The ongoing tensions between the central government and the Madrid regional administration have changed the way that the Health Ministry’s regular press conferences about the coronavirus crisis are being held. Where once the director of the Health Ministry’s Coordination Center for Health Alerts (CCAES), Fernando Simón, would review the latest data in his usual deliberate and informative tone, the events have now become another element in the open warfare between the two governments.
On Tuesday evening, Health Minister Salvador Illa of the Socialist Party (PSOE) took advantage of the press conference to respond to statements that had just been made by the Madrid regional premier, Isabel Díaz Ayuso, and the mayor of the Spanish capital, José Luis Martínez-Almeida, both of the conservative Popular Party (PP).
The PP politicians on Tuesday called for the government to lift the state of alarm that it implemented in Madrid on Friday, after perimetral lockdowns that the region itself had introduced the week before, also imposed on it by the central administration, were quashed by the regional High Court. The coalition government – run by the PSOE and junior partner Unidas Podemos – had given Ayuso a deadline to introduce her own measures in a bid to slow the spread of the coronavirus in Madrid, which has once again become the epicenter of the crisis in Spain. After she missed that deadline, the Cabinet implemented the emergency situation in the region, allowing it to limit freedom of movement.
Ayuso and Martínez-Almeida argued last night that the data has improved in the region, and that in the capital, the 14-day cumulative number of coronavirus cases per 100,000 inhabitants has fallen to 400, while in the region the figure is 457. The regional premier and the mayor accused the central government of “holding as hostages” the citizens who reside in the nine Madrid municipalities – including the capital – that are currently subject to perimetral lockdowns. “They want to destroy our economy and put the brakes on our recovery,” Ayuso claimed on Tuesday night at the press conference.
“We once again call on the government to annul the state of alarm, which has been imposed on Madrid and another eight large cities in the region,” she continued. “This is a shoddy intervention against the economic engine of Spain.” She also described the government’s actions in Madrid as “a succession of attacks against rights and freedoms.”
While the data from Madrid is improving, the number of PCR tests being carried out in the region has fallen by 40%
The perimetral confinements, however, are exactly the same as those the region itself implemented in 45 basic healthcare areas several weeks ago. The difference is the scale and location, as well as the legal framework upon which they are based. There are also limits on social activities in place, such as early closing hours for bars and restaurants, as well as a maximum of six people allowed at meetings both in public and private. The perimetral lockdowns are in place in Alcobendas, Alcorcón, Fuenlabrada, Getafe, Leganés, Móstoles, Parla and Torrejón de Ardoz, as well as the Spanish capital.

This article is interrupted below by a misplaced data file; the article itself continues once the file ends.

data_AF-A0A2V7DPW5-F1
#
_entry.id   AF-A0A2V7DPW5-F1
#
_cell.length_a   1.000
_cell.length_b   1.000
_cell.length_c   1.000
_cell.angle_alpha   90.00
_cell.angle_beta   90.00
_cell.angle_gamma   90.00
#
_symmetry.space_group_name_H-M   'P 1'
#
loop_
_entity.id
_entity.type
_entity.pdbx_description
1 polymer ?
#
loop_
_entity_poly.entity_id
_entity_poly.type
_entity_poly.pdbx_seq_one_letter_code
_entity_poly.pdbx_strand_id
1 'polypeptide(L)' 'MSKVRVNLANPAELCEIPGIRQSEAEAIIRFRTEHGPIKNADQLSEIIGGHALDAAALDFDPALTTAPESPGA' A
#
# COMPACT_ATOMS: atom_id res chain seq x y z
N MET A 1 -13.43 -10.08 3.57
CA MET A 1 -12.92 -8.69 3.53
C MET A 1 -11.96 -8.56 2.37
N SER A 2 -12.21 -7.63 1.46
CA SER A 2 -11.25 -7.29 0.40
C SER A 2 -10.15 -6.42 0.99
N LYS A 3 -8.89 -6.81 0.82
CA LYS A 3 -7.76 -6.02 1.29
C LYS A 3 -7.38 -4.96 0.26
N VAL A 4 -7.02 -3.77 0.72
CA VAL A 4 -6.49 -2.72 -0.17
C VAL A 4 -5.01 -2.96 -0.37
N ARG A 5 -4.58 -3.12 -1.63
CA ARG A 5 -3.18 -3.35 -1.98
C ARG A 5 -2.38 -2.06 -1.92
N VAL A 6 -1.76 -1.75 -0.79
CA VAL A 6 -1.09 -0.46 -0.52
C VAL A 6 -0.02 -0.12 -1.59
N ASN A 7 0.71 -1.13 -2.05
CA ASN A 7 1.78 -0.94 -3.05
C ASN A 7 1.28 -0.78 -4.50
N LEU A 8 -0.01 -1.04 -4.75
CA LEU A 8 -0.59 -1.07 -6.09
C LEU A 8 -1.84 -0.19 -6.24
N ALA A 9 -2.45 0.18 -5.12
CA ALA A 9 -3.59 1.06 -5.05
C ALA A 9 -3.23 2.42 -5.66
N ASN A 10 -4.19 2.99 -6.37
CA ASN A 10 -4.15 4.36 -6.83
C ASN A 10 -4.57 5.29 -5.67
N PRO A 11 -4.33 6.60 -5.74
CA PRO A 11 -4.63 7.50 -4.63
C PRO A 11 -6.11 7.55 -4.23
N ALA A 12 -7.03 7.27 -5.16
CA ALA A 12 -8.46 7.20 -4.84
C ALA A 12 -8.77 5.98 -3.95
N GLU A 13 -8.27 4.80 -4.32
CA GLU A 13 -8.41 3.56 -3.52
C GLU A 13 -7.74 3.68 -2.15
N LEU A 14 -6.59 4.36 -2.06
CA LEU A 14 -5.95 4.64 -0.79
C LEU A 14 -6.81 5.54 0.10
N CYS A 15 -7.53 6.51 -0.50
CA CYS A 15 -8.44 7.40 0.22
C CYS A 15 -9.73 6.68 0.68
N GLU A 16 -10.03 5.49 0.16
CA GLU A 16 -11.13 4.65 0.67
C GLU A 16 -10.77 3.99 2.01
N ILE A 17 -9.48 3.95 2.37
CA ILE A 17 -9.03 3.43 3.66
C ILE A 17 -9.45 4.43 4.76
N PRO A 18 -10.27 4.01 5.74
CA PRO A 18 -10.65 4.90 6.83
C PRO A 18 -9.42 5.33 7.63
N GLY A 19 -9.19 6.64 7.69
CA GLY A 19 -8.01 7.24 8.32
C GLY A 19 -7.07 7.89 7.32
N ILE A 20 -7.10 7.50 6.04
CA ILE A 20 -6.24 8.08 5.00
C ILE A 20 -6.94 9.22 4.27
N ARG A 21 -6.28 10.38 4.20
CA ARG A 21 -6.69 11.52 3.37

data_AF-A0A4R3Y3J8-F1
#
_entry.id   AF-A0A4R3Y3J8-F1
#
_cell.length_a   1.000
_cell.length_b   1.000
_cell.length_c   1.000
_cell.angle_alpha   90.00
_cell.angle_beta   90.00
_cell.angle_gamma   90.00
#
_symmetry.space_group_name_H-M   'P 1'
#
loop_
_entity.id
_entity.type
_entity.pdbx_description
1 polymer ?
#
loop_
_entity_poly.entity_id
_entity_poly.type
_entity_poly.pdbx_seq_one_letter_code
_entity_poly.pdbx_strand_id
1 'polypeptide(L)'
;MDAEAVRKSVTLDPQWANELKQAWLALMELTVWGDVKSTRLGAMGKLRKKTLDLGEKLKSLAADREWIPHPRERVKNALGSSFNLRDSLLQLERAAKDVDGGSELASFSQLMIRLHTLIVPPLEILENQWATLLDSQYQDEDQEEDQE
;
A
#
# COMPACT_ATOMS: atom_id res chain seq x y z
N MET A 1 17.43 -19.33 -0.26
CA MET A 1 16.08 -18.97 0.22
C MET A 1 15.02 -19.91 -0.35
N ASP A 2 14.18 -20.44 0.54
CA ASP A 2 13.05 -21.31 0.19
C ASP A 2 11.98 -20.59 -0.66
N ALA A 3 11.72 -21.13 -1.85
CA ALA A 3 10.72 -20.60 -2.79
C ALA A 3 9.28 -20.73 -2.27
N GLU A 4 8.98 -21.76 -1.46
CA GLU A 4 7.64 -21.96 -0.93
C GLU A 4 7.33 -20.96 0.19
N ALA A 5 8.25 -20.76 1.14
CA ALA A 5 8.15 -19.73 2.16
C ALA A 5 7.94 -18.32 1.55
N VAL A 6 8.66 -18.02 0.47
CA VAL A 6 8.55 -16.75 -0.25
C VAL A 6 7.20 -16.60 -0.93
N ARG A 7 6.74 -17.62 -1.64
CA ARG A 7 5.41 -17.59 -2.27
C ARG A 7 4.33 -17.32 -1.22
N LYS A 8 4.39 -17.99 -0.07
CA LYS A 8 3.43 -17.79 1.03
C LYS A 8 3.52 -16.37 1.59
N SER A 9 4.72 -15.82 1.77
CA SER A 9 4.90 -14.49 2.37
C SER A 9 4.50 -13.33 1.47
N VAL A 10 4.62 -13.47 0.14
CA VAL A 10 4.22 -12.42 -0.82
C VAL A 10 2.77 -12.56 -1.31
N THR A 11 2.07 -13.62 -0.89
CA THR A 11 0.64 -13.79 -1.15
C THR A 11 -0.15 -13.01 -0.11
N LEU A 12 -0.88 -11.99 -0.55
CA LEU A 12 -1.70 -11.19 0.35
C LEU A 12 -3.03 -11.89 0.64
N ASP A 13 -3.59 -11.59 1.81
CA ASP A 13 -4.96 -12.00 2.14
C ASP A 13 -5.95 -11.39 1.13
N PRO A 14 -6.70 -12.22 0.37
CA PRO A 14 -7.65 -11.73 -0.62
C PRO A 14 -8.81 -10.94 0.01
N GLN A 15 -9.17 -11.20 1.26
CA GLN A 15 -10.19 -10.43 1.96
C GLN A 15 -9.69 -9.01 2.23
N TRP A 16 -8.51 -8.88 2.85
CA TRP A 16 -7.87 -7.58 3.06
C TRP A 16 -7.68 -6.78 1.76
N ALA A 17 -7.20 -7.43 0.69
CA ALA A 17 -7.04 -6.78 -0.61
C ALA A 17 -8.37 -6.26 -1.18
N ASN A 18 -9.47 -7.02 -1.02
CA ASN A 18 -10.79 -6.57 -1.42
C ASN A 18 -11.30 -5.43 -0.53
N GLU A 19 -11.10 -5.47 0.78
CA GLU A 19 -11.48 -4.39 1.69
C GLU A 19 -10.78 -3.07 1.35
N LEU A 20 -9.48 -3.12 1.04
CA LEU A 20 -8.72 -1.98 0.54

“You cannot play with public health,” said Illa, in response to accusations from the PP politicians that the central government is trying to punish the Madrid region for political reasons. “We do not want people in the intensive care unit,” he said in reference to the alarming coronavirus data in Madrid.
“We need to act based on the healthcare situation,” the minister continued, making clear that bringing the 14-day cumulative number of coronavirus cases per 100,000 inhabitants under 500 cases, as Madrid has done, is still not a good situation. “Measures need to be taken from 60 cases onward,” he said, adding that anything above 250 cases constitutes a complicated situation. The German capital of Berlin, for example, last week began to implement new stricter social measures after four districts registered more than 50 cases per 100,000 inhabitants over the last seven days.
For his part, Fernando Simón added that the variables that were agreed upon several weeks ago by a majority of Spain’s regions before stricter measures must be implemented – more than 500 cases per 100,000 inhabitants, a PCR positivity rate of above 10% and 35% of ICU beds occupied by Covid-19 patients – were set “due to the exceptional circumstances” in Madrid, and that the desirable levels of these parameters “are much lower.”
Illa also made a veiled reference to the fact that while the data from Madrid is improving, the number of PCR tests being carried out in the region has fallen by 40%. “This worries me,” he said, after explaining that the increased use of antigen tests – which also diagnose positive cases – could not fully justify this fall. The result of carrying out fewer PCR tests is that fewer cases are diagnosed, leading to a fall in incidence.
The state of alarm is a shoddy intervention against the economic engine of SpainMadrid premier Isabel Díaz Ayuso
The remaining data released on Tuesday evening by the Health Ministry did not serve to offer much insight into the progress of the pandemic in Spain, apart from a certain stabilization in many indicators that can most likely be attributed to the long weekend – Monday was a national holiday.
The new cases reported in the previous 24 hours came in at 7,118, while the number of victims added to the overall death toll was 80 – both represent a slight fall compared to recent days. The 14-day cumulative number of coronavirus cases per 100,000 inhabitants is currently at 263 in Spain, while ICU admissions over the past week number 164. The number of victims over the same time frame is 406. None of these data points have varied greatly over the past few days.
“These continue to be incidences that are very high,” said Simón at Tuesday’s press conference. “There is a large variance between regions,” he added.
English version by Simon Hunter.